The Watchwood

2019-10-31

in Books and literature, Security

In chapter 10, book 3 of the Lord of The Rings, Treebeard describes to Gandalf how Saruman will be guarded in Orthanc following the destruction of Isengard by the Ents:

‘Leave it to the Ents!’ said Treebeard. ‘We shall search the valley from head to foot and peer under every pebble. Trees are coming back to live here, old trees, wild trees. The Watchwood we will call it. Not a squirrel will go here, but I shall know of it. Leave it to Ents! Until seven times the years in which he tormented us have passed, we shall not tire of watching him.’

It is a line which has been in my head on account of an enhanced need for watchfulness in the last year and six months.

Later when they meet in chapter 6 of book 6, Treebeard greets Gandalf with a reference to this new Watchwood:

‘Welcome to the Treegarth of Orthanc!’ he said. ‘I knew that you were coming, but I was at work up the valley; there is much still to be done. But you have not been idle either away in the south and the east, I hear; and all that I hear is good, very good.’ Then Treebeard praised all their deeds, of which he seemed to have full knowledge; and at last he stopped and looked long at Gandalf.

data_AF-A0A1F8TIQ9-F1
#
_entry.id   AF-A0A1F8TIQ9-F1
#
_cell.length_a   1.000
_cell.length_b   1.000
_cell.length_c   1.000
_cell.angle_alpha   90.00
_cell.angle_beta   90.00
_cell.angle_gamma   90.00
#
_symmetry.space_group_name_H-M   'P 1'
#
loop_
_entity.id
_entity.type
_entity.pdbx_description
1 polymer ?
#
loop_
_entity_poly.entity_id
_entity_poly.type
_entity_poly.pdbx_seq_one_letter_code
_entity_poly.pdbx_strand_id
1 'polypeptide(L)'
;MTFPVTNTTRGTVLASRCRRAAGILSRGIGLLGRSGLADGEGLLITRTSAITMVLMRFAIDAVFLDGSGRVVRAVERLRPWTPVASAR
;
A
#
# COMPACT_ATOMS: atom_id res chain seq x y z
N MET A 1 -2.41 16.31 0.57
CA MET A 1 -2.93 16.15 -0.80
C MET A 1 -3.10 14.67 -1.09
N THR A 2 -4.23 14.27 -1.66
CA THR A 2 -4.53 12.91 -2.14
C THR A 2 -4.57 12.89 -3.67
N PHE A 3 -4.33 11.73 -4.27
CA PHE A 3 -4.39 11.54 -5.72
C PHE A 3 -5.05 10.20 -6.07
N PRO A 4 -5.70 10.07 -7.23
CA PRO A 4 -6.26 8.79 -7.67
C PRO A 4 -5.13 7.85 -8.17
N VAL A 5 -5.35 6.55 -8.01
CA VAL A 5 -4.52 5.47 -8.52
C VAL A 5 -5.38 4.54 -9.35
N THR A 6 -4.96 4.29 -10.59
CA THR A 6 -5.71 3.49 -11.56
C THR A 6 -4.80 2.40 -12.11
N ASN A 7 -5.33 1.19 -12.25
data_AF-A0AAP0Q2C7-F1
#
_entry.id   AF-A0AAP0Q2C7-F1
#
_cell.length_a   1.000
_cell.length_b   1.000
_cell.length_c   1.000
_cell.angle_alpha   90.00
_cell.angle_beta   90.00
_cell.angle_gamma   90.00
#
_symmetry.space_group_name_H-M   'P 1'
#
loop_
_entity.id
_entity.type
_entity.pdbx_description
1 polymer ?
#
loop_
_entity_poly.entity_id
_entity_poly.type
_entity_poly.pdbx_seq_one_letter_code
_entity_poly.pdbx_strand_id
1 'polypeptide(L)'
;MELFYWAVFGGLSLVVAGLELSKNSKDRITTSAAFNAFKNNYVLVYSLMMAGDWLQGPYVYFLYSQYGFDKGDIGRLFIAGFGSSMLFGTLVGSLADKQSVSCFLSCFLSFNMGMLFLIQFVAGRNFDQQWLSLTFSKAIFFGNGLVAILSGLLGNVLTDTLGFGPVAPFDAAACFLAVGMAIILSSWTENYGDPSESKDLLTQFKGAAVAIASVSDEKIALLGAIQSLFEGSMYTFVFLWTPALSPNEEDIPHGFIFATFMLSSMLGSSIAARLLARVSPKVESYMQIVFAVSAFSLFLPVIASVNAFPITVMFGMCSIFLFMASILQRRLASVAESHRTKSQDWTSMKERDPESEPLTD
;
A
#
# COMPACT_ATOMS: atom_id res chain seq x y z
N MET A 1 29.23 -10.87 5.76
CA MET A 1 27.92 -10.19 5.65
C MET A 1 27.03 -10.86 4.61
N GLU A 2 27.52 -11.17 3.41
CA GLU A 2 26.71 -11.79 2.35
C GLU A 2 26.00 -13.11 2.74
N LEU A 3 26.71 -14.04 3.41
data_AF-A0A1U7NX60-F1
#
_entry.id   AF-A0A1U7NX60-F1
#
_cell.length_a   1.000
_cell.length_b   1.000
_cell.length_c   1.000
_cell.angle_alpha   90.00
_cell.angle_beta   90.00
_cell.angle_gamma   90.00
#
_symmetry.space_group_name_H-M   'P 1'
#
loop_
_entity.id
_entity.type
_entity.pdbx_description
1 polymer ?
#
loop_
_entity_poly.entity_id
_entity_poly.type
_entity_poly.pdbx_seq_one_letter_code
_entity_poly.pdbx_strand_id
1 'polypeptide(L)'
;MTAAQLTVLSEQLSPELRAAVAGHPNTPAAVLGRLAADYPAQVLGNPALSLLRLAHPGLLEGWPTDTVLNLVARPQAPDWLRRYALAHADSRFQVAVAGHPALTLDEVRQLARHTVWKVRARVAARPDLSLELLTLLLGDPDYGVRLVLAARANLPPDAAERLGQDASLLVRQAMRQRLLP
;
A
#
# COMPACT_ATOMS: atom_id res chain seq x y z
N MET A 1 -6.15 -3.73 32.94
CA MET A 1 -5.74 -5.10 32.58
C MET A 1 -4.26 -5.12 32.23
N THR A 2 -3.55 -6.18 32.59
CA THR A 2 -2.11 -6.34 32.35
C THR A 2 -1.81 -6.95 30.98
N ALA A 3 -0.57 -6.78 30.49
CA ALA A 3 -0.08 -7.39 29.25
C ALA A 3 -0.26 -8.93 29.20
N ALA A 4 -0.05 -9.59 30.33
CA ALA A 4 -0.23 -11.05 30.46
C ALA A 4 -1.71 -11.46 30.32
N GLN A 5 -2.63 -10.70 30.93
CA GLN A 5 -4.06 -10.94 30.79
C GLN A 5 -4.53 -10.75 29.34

Soon Treebeard explains that he already released the man he was meant to be guarding:

‘But he is gone. Yes, he is gone seven days. I let him go. There was little left of him when he crawled out, and as for that worm-creature of his, he was like a pale shadow. Now do not tell me, Gandalf, that I promised to keep him safe; for I know it. But things have changed since then. And I kept him until he was safe, safe from doing any more harm. You should know that above all I hate the caging of live things, and I will not keep even such creatures as these caged beyond great need. A snake without fangs may crawl where he will.’

‘You may be right,’ said Gandalf; ‘but this snake had still one tooth left, I think. He had the poison of his voice, and I guess that he persuaded you, even you Treebeard, knowing the soft spot in your heart. Well, he is gone, and there is no more to be said.’

Gandalf shortly after Gandalf says to Frodo:

‘Yes, I think you had better do that,’ said Gandalf. ‘But alas for Saruman! I fear nothing more can be made of him. He has withered altogether. All the same, I am not sure that Treebeard is right: I fancy he could do some mischief still in a small mean way.’

That seems applicable to my own situation as well. I shall try to do better than Treebeard at incorporating a necessary ongoing watchfulness into a healthy growing thing, both with the thought of the enduring of the vigil and of the mental balance of those carrying it out, who must remember why the world deserves protecting.

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